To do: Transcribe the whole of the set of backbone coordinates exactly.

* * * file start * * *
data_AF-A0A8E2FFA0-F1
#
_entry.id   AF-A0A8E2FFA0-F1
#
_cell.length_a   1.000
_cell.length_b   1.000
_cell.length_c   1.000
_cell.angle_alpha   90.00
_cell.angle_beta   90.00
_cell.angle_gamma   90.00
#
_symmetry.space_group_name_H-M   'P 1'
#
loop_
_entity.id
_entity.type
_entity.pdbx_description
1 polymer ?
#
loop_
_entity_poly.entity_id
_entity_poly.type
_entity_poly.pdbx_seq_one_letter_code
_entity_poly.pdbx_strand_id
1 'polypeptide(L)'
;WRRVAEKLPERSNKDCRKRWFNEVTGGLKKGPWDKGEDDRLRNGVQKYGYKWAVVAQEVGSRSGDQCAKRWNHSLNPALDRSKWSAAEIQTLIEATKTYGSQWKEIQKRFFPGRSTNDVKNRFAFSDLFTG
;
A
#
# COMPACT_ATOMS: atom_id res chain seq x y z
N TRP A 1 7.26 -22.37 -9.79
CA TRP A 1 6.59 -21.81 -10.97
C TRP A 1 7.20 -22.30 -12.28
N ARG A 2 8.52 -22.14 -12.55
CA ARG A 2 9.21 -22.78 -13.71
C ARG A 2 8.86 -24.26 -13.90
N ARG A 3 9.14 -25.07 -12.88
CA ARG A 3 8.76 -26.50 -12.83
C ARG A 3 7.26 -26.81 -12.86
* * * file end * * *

data_AF-A0A8E2FFA0-F1
#
_entry.id   AF-A0A8E2FFA0-F1
#
_cell.length_a   1.000
_cell.length_b   1.000
_cell.length_c   1.000
_cell.angle_alpha   90.00
_cell.angle_beta   90.00
_cell.angle_gamma   90.00
#
_symmetry.space_group_name_H-M   'P 1'
#
loop_
_entity.id
_entity.type
_entity.pdbx_description
1 polymer ?
#
loop_
_entity_poly.entity_id
_entity_poly.type
_entity_poly.pdbx_seq_one_letter_code
_entity_poly.pdbx_strand_id
1 'polypeptide(L)'
;WRRVAEKLPERSNKDCRKRWFNEVTGGLKKGPWDKGEDDRLRNGVQKYGYKWAVVAQEVGSRSGDQCAKRWNHSLNPALDRSKWSAAEIQTLIEATKTYGSQWKEIQKRFFPGRSTNDVKNRFAFSDLFTG
;
A
#
# COMPACT_ATOMS: atom_id res chain seq x y z
N TRP A 1 7.26 -22.37 -9.79
CA TRP A 1 6.59 -21.81 -10.97
C TRP A 1 7.20 -22.30 -12.28
N ARG A 2 8.52 -22.14 -12.55
CA ARG A 2 9.21 -22.78 -13.71
C ARG A 2 8.86 -24.26 -13.90
N ARG A 3 9.14 -25.07 -12.88
CA ARG A 3 8.76 -26.50 -12.83
C ARG A 3 7.26 -26.81 -12.86